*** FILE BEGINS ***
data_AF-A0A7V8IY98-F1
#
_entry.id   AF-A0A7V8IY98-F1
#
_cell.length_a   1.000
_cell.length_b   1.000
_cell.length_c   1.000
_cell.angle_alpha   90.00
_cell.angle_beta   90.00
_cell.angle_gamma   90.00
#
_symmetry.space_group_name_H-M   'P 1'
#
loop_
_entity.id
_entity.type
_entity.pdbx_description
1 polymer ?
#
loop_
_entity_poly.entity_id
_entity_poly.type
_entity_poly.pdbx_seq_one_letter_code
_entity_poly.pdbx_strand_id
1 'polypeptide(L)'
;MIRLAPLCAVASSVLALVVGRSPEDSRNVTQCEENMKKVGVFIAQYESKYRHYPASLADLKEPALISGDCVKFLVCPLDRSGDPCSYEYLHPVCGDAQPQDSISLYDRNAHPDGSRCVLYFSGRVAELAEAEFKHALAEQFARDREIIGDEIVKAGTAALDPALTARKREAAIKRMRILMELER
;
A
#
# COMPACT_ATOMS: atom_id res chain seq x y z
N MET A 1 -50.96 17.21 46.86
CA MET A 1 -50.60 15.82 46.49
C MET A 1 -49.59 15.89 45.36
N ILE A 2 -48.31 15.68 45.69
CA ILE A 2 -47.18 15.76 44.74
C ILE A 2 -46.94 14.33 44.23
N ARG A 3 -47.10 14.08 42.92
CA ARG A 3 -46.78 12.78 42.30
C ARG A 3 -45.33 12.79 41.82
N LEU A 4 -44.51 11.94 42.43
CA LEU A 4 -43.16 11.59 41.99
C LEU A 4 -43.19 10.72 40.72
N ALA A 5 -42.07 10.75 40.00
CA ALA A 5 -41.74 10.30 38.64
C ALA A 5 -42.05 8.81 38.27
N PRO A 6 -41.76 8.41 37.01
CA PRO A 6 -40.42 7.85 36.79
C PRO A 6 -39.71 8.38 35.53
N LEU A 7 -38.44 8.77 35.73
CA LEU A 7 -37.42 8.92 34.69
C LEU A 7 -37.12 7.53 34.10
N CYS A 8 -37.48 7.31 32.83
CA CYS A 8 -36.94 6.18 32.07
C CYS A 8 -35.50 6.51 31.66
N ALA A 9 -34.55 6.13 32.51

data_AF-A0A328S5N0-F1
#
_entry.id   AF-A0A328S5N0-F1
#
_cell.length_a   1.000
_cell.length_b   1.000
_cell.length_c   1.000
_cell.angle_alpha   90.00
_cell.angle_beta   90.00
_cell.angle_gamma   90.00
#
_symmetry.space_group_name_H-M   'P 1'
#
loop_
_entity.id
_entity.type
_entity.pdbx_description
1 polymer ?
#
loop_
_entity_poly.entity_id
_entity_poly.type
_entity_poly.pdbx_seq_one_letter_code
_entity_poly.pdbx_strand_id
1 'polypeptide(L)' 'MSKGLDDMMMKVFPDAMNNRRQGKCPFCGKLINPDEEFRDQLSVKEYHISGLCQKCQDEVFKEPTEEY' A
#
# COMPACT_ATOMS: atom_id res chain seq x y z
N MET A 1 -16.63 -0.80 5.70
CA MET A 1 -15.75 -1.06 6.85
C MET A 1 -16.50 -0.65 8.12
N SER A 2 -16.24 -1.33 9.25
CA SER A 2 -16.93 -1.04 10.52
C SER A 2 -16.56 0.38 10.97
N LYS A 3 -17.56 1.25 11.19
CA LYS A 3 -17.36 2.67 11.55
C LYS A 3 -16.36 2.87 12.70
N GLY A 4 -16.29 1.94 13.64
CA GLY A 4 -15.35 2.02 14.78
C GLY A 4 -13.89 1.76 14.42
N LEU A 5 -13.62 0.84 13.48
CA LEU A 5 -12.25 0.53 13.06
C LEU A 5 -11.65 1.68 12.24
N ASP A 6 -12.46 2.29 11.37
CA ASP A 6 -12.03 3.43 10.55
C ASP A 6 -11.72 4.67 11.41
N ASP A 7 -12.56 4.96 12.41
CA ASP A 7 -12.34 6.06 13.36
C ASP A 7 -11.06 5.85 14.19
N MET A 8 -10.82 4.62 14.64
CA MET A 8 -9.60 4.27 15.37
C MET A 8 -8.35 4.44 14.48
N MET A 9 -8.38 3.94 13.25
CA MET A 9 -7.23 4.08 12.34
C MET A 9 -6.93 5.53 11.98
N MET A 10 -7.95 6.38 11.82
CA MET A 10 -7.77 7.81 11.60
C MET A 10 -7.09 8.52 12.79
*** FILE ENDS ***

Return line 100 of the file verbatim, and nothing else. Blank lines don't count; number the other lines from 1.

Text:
C ASP A 6 -11.72 4.67 11.41